Editor's Note: This is the Sixth Installment of an Ongoing Series Highlighting the Global Investing Outlook for 2008
By Don Miller
Of all the commodities to ride the volatile global roller coaster in 2007, uranium had the wildest ride. Overall, it gained 28% for the year. But that seemingly simple statistic masks a much-more-complex story.
At one point in June, uranium had gained 84% on the year. But then a mass sell-off – including up to 200 tons auctioned off out of the inventory of the U.S. Department of Energy – drove prices from $138 a pound down to $75 a pound in just three months.
Even though, the price roared back to $93 a pound, a price move fueled by a continued demand. Investors can take that incident as a sign of things to come.
At a time when global energy demands are soaring – outstripping the long-term supply of such crucial commodities as crude oil – the long-term outlook for uranium is exceedingly bright. Nuclear power is slowly making a comeback as an electricity source of choice in the U.S. market, and will be a key to the ongoing emergence of such economies as China and India.
Market fundamentals point to demand-driven price increases for uranium. And history shows that when uranium prices move higher, uranium stocks almost always tag along for the ride.
The situation in uranium is reminiscent of the world's skyrocketing demand for oil. In a classic supply-and-demand imbalance, eventually someone is going to pay the price. With uranium – as with oil – there plain and simple just isn't enough to go around.
"We are at the beginning stages of a massive bidding war in uranium," said Sol Palha, a noted uranium investor and analyst.
Nuclear energy is rapidly gaining acceptance as a clean, reliable alternative to burning coal. In a bid to combat global warming and keep up with soaring demand for electricity, countries are rushing to build nuclear power plants. Currently, there are 440 nuclear reactors in operation that generate about 16% of the world's electricity.
Another 25 are under construction, 38 are on order and 115 are proposed. Also, there are 284 research reactors and 220 nuclear-powered ships and submarines patrolling the oceans – key facts that nevertheless often slip by most industry analysts.
Refined uranium [known in the industry as U308] is what makes nuclear fuel. And the proliferation of new commercial nuclear power plants has the price of the radioactive metal soaring.
Now here's the thing: All told, those reactors soak up about 77,000 tons of refined uranium every year. Yet, in 2006, only about 50,000 tons of uranium was mined. That has forced some countries to run reactors at only 50% to 60% capacity, while others – such as India – have actually been forced to periodically take reactors off line because they lack the fuel to keep running them
For a more-clear picture of the uranium shortfall, consider the chart that follows:
And the insatiable global appetite for electricity – an appetite that induced China to spend a decade building the controversial-but-crucial hydroelectric project known as the Three Gorges dam – will drive demand for uranium even higher.
In the next 15 years, China alone is building 30 new plants, with as many as 200 needed by 2050. Japan is planning 11 more by 2010, and the United States and United Kingdom are also jumping back onto the nuclear bandwagon. These new plants will only serve to widen the supply/demand gap.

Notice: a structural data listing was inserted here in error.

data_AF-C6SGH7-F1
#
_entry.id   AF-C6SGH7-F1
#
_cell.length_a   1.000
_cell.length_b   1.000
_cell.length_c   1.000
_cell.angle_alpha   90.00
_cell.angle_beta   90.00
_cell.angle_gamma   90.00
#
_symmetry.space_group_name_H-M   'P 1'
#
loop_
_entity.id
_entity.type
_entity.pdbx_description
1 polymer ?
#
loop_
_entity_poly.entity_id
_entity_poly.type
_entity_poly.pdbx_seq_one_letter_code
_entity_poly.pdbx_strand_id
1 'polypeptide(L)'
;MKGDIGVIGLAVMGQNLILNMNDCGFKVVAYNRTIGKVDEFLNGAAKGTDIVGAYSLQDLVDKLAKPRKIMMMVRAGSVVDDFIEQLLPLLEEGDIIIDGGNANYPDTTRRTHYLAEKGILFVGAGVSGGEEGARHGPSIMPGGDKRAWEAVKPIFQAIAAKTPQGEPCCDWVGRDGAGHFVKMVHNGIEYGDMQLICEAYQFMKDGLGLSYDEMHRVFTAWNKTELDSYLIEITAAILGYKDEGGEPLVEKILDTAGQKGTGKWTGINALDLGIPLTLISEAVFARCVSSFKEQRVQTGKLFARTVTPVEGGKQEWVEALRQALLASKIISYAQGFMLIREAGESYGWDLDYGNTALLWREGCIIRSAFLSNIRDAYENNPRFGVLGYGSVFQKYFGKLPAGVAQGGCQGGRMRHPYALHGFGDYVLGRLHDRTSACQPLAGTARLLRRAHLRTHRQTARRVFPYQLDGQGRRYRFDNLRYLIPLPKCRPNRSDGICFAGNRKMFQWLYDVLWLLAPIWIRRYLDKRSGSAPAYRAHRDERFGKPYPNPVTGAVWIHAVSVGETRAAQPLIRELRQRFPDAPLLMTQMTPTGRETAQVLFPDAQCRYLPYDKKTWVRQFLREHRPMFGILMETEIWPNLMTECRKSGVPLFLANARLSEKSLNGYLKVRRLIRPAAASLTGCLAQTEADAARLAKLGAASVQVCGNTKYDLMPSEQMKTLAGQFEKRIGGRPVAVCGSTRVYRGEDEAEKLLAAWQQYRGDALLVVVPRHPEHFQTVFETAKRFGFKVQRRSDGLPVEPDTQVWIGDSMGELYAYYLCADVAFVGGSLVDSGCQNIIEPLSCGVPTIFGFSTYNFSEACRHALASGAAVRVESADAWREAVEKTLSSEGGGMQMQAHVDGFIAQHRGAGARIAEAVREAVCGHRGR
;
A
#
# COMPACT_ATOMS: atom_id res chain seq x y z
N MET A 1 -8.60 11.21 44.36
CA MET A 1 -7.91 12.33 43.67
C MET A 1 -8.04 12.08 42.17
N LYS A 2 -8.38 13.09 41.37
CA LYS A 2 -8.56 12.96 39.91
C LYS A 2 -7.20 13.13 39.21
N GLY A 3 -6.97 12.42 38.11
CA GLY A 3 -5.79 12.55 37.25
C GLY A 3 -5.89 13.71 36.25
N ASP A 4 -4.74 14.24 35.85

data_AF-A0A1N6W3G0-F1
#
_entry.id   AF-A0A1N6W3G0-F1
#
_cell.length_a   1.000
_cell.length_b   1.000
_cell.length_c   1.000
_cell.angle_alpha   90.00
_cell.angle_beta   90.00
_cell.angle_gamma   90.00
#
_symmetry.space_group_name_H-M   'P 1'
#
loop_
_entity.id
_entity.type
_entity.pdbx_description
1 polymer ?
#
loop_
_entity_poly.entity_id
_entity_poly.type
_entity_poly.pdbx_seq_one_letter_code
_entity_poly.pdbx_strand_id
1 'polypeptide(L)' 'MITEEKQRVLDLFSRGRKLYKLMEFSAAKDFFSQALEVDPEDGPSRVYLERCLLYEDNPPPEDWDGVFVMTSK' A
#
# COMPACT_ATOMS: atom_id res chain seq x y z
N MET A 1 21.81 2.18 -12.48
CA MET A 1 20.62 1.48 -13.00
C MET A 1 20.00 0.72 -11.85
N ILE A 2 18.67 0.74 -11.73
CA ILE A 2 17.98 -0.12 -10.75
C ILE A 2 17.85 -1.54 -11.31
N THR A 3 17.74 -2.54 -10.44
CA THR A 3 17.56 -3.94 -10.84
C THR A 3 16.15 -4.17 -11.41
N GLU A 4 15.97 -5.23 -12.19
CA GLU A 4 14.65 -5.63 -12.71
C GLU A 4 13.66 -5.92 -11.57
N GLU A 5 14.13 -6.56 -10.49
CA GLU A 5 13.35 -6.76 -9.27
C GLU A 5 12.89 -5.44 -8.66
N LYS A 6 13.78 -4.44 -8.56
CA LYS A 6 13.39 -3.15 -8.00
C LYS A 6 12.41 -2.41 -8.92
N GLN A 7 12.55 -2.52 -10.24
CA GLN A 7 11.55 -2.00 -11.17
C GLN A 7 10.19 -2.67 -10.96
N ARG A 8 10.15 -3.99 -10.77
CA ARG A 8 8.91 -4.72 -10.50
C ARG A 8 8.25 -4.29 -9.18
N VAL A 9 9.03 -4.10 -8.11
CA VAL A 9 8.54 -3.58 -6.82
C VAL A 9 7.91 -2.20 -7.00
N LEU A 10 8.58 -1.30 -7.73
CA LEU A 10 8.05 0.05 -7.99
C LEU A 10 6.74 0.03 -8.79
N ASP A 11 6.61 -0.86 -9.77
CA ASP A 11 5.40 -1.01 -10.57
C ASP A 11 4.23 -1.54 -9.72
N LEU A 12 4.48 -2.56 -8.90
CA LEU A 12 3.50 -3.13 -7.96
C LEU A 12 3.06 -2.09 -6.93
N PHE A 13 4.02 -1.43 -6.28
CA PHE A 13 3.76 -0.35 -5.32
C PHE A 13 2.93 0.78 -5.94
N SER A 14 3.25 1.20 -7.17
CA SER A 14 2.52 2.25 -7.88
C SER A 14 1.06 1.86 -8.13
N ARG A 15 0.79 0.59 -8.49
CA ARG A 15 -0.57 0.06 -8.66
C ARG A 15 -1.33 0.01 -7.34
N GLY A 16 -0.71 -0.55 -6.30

Uranium: Easy to Find – Not Easy to Mine
Now, uranium itself isn't scarce. In fact, it's so widespread that you might even have some in your backyard. But in order to mine it, uranium must be found in large concentrations. And only a small number of these concentrated deposits have been discovered worldwide.
With prices escalating, uranium-mining companies are rushing to dig up as much of the stuff as quickly as possible. But that is simpler said than done. It takes seven to 10 years to find and bring a uranium discovery into production. That explains why uranium-mining production was only projected to increase 9% in 2007 over 2006.
According to the, more than 50% of uranium comes from mines in Canada and Australia. Kazakhstan, Russia, South Africa, Namibia and the United States are smaller producers. Yet the smart players are already moving to secure supplies.
"China is doing massive deals in Africa and is now working on ever bigger deals in Kazakhstan," Palha, the analyst, told Money Morning. "China is basically locking up uranium supplies. This effectively means that there will be even less uranium for the rest of the world players."
Russia also has started to stockpile uranium after declaring it a "strategic resource." Russian Federation President Vladimir Putin recently traveled to Australia and signed a deal to buy uranium. It's only a matter of time before the Russians stop exporting yellow cake altogether.
And all this is complicated by a flood at Saskatchewan's Cigar Lake mine – the world's largest undeveloped high-grade uranium deposit with 232 million pounds of U308 at a grade of 19% [90% of the world's mines have ore grades below 1%]. Damages from the flood will halt the start of production until 2011 – at the earliest.
Since uranium's supply/demand imbalance clearly won't be improving anytime soon, the price of uranium is likely to continue its upward march.
Uranium: An "Alternative" Energy Source No Longer
Uranium investing is not for the faint of heart. Another accident like the one at Pennsylvania's Three Mile Island, or Russia's Chernobyl, would likely spawn a worldwide anti-nuclear backlash that could send uranium spot prices into a downward spiral for several years.
Even though new technologies and more-efficient power-plant designs have made commercial nuclear power a much-safer proposition, there are still older plants operating throughout the world that are potentially vulnerable to a Chernobyl-like scenario.
Disposal of nuclear waste is another issue that could spell trouble for uranium prices, as the Yucca Mountain Repository isn't expected to reopen until 2020.